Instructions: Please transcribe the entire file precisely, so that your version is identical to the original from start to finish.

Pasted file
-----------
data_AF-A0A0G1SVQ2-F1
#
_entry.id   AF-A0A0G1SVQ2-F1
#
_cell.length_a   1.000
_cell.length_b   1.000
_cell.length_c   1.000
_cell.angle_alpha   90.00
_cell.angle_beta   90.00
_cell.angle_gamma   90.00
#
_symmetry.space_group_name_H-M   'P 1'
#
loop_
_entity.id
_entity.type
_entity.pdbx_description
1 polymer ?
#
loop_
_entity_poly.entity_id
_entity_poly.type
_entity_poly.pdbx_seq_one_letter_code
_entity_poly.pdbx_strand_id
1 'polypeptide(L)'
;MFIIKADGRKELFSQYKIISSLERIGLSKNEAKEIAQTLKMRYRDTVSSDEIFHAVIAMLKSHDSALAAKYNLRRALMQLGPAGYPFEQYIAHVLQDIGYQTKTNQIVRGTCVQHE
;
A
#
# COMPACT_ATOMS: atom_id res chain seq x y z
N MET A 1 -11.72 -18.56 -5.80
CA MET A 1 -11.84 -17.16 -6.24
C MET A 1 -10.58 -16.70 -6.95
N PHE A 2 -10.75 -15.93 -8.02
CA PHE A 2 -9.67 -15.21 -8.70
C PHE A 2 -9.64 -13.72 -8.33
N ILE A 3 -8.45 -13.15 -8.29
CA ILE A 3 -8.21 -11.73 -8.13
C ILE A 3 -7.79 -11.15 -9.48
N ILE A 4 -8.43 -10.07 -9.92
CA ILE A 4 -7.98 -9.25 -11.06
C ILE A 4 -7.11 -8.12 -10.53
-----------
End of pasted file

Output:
data_AF-A0A0G1SVQ2-F1
#
_entry.id   AF-A0A0G1SVQ2-F1
#
_cell.length_a   1.000
_cell.length_b   1.000
_cell.length_c   1.000
_cell.angle_alpha   90.00
_cell.angle_beta   90.00
_cell.angle_gamma   90.00
#
_symmetry.space_group_name_H-M   'P 1'
#
loop_
_entity.id
_entity.type
_entity.pdbx_description
1 polymer ?
#
loop_
_entity_poly.entity_id
_entity_poly.type
_entity_poly.pdbx_seq_one_letter_code
_entity_poly.pdbx_strand_id
1 'polypeptide(L)'
;MFIIKADGRKELFSQYKIISSLERIGLSKNEAKEIAQTLKMRYRDTVSSDEIFHAVIAMLKSHDSALAAKYNLRRALMQLGPAGYPFEQYIAHVLQDIGYQTKTNQIVRGTCVQHE
;
A
#
# COMPACT_ATOMS: atom_id res chain seq x y z
N MET A 1 -11.72 -18.56 -5.80
CA MET A 1 -11.84 -17.16 -6.24
C MET A 1 -10.58 -16.70 -6.95
N PHE A 2 -10.75 -15.93 -8.02
CA PHE A 2 -9.67 -15.21 -8.70
C PHE A 2 -9.64 -13.72 -8.33
N ILE A 3 -8.45 -13.15 -8.29
CA ILE A 3 -8.21 -11.73 -8.13
C ILE A 3 -7.79 -11.15 -9.48
N ILE A 4 -8.43 -10.07 -9.92
CA ILE A 4 -7.98 -9.25 -11.06
C ILE A 4 -7.11 -8.12 -10.53